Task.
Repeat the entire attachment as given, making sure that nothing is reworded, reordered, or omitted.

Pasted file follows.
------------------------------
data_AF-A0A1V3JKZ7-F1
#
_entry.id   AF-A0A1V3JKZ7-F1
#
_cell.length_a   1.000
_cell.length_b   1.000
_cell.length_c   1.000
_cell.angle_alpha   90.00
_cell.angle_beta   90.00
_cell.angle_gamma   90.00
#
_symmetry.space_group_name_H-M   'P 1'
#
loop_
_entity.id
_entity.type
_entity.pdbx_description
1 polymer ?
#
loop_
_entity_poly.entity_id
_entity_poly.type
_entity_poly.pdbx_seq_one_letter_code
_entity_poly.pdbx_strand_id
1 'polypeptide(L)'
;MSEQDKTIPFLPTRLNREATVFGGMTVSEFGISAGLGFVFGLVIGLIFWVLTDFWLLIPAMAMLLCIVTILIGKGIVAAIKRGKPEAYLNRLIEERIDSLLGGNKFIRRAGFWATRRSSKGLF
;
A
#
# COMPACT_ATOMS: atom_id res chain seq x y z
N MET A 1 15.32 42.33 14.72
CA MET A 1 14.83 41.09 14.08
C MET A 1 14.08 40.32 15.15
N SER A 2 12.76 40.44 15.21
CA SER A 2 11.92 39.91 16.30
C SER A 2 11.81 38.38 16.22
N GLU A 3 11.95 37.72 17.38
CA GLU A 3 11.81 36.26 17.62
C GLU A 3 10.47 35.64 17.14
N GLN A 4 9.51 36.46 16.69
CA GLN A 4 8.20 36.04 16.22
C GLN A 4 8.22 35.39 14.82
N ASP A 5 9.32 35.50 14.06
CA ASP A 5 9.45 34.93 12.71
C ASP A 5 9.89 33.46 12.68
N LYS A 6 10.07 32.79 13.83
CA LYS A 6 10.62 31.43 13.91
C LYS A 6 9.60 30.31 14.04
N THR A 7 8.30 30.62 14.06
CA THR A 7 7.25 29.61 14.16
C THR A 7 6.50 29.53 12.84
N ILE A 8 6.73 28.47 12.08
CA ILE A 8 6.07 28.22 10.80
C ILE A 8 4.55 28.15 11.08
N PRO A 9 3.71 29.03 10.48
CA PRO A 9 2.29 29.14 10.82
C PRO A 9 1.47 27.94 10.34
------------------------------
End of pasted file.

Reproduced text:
data_AF-A0A1V3JKZ7-F1
#
_entry.id   AF-A0A1V3JKZ7-F1
#
_cell.length_a   1.000
_cell.length_b   1.000
_cell.length_c   1.000
_cell.angle_alpha   90.00
_cell.angle_beta   90.00
_cell.angle_gamma   90.00
#
_symmetry.space_group_name_H-M   'P 1'
#
loop_
_entity.id
_entity.type
_entity.pdbx_description
1 polymer ?
#
loop_
_entity_poly.entity_id
_entity_poly.type
_entity_poly.pdbx_seq_one_letter_code
_entity_poly.pdbx_strand_id
1 'polypeptide(L)'
;MSEQDKTIPFLPTRLNREATVFGGMTVSEFGISAGLGFVFGLVIGLIFWVLTDFWLLIPAMAMLLCIVTILIGKGIVAAIKRGKPEAYLNRLIEERIDSLLGGNKFIRRAGFWATRRSSKGLF
;
A
#
# COMPACT_ATOMS: atom_id res chain seq x y z
N MET A 1 15.32 42.33 14.72
CA MET A 1 14.83 41.09 14.08
C MET A 1 14.08 40.32 15.15
N SER A 2 12.76 40.44 15.21
CA SER A 2 11.92 39.91 16.30
C SER A 2 11.81 38.38 16.22
N GLU A 3 11.95 37.72 17.38
CA GLU A 3 11.81 36.26 17.62
C GLU A 3 10.47 35.64 17.14
N GLN A 4 9.51 36.46 16.69
CA GLN A 4 8.20 36.04 16.22
C GLN A 4 8.22 35.39 14.82
N ASP A 5 9.32 35.50 14.06
CA ASP A 5 9.45 34.93 12.71
C ASP A 5 9.89 33.46 12.68
N LYS A 6 10.07 32.79 13.83
CA LYS A 6 10.62 31.43 13.91
C LYS A 6 9.60 30.31 14.04
N THR A 7 8.30 30.62 14.06
CA THR A 7 7.25 29.61 14.16
C THR A 7 6.50 29.53 12.84
N ILE A 8 6.73 28.47 12.08
CA ILE A 8 6.07 28.22 10.80
C ILE A 8 4.55 28.15 11.08
N PRO A 9 3.71 29.03 10.48
CA PRO A 9 2.29 29.14 10.82
C PRO A 9 1.47 27.94 10.34